One startup mainstay that began in Tallahassee and harbors a relationship with Domi is known as Penny Delivers. A food delivery company that delivers food from local restaurants for just a penny.

Quentin Proctor is a delivery driver for the company.

“Usually around like 6 or 7 it starts pick up a little bit, gets a little more hectic. When that happens the tips start to roll in a little more, so it gets to be worth it," Proctor said.

Penny Delivers derived from another Tallahassee startup, Z-Baked – a cookie delivery service. CEO and co-founder Bryant Joseph explains how they took Z-Baked’s platform and applied it to all sorts of food.

Credit Spencer Parlier

“We surmised that you could, if you were efficient enough, basically deliver lots of other kinds of food, not just cookies. Given if you were pretty efficient you could do it for essentially free delivery, which is what he was doing, and that’s what we do now with a whole bunch of restaurants around Tallahassee,” Joseph said.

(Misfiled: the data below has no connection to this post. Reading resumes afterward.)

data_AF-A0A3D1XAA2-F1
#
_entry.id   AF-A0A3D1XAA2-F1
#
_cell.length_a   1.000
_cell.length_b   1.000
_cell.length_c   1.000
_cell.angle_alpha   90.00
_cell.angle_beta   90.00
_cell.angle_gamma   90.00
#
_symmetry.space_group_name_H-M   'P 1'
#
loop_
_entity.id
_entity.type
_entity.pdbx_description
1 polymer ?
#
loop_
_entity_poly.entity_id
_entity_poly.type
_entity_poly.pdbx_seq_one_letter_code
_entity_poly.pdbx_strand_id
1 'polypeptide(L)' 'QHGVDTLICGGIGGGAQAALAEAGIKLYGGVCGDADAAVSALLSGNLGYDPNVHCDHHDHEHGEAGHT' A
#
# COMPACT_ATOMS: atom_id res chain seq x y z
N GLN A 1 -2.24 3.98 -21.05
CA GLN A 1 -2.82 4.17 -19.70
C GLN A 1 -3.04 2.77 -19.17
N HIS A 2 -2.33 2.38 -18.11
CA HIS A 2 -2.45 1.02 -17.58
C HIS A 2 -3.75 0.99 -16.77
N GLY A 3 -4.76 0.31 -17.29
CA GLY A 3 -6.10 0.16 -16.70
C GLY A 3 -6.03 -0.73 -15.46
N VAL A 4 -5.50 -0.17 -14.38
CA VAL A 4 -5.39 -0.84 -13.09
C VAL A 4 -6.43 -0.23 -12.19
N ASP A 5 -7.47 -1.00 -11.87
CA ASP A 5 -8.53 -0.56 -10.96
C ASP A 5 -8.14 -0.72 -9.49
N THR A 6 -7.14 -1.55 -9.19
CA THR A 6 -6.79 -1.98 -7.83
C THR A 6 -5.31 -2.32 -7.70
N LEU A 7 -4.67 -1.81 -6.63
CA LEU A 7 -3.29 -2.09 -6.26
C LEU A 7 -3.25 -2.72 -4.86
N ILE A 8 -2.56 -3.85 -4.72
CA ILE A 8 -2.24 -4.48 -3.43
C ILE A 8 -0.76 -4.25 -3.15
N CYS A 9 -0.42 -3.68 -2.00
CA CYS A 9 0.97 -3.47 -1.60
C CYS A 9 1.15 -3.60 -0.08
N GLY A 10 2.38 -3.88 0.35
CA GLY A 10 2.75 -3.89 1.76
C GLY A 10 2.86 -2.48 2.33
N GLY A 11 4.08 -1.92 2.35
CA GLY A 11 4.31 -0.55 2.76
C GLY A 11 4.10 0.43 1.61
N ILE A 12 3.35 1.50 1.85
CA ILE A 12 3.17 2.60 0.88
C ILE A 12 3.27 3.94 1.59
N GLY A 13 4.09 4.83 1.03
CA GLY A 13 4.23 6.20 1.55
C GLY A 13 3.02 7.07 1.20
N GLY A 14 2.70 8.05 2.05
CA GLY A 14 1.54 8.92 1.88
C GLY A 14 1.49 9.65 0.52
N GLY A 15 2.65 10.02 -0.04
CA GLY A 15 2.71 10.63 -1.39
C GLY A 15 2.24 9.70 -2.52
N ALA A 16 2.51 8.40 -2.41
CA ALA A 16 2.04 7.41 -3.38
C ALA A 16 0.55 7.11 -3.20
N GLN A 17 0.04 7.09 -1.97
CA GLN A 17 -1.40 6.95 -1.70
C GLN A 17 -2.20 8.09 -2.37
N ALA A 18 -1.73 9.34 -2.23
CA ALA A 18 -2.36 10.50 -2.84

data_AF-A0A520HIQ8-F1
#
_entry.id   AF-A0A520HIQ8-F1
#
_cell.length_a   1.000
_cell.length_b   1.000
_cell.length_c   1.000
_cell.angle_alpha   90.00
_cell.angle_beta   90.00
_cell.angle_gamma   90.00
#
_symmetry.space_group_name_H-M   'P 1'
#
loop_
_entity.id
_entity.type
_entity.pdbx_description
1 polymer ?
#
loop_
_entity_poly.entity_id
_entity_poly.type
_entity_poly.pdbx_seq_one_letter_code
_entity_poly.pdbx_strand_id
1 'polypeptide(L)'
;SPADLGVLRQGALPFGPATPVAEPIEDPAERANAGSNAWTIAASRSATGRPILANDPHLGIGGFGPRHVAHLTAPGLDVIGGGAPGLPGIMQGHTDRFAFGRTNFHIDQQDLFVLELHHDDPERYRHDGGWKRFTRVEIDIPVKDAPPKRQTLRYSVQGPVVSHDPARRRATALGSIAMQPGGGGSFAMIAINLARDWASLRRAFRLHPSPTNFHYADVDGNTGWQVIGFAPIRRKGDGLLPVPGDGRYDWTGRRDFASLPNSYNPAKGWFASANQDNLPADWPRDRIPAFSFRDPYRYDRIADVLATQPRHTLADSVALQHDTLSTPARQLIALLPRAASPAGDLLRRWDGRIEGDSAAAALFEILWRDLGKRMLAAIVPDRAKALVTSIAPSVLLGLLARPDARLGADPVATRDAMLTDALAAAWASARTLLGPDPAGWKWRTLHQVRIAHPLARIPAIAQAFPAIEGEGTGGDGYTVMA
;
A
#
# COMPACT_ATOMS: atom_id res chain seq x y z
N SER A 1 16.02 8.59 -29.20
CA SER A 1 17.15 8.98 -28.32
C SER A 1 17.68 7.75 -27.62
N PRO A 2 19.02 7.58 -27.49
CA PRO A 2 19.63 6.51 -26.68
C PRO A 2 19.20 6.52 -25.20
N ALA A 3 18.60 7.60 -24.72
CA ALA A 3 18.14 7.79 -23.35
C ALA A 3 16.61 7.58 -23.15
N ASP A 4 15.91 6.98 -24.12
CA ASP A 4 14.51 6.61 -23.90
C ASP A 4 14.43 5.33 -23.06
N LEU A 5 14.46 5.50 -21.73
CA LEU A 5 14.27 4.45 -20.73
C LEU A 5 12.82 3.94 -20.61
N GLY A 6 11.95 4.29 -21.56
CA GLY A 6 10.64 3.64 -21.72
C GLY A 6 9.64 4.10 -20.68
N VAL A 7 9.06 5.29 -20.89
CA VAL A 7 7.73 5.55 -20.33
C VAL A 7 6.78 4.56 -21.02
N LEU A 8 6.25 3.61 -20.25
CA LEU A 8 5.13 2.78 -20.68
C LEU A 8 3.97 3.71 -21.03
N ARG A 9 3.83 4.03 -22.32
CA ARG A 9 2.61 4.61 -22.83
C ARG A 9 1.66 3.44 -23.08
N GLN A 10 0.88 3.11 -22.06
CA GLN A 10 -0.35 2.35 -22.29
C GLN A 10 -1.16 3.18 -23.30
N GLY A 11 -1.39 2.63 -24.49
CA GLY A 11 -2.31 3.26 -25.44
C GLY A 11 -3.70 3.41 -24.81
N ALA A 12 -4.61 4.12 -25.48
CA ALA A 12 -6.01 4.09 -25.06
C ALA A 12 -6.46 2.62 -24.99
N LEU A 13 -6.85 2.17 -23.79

Domi doesn’t just foster relationships with other companies, as about one-third of their occupants are local college students. Director of Florida State’s Jim Moran School of Entrepreneurship, Dr. Susan Fiorito says the whole community needs to get involved to help develop and keep talent within the city.

“The chamber of commerce and the city and county commissions are very anxious to have our students stay in Tallahassee. To be innovative and create businesses here, and to keep the talent that we’ve nurtured in our Universities here. And I think it takes a whole community to do that," Fiorito said.

And Jason Black agrees. He says partnerships are the key to continuing the city's entrepreneurial momentum.                                                         

The more we can do to get partnerships going, not just amongst ourselves as institutions but with the companies in the city, as well as other small businesses in the city on all sides of town. That's what really does it. That's when you see the entire community take off.

Tallahassee may not be the first place that pops into the minds of future entrepreneurs, but through the unification of investors, the Domi Station, local businesses, Florida State, and FAMU, perhaps that could change. The capital city might create a recipe perfect for entrepreneurial adventure.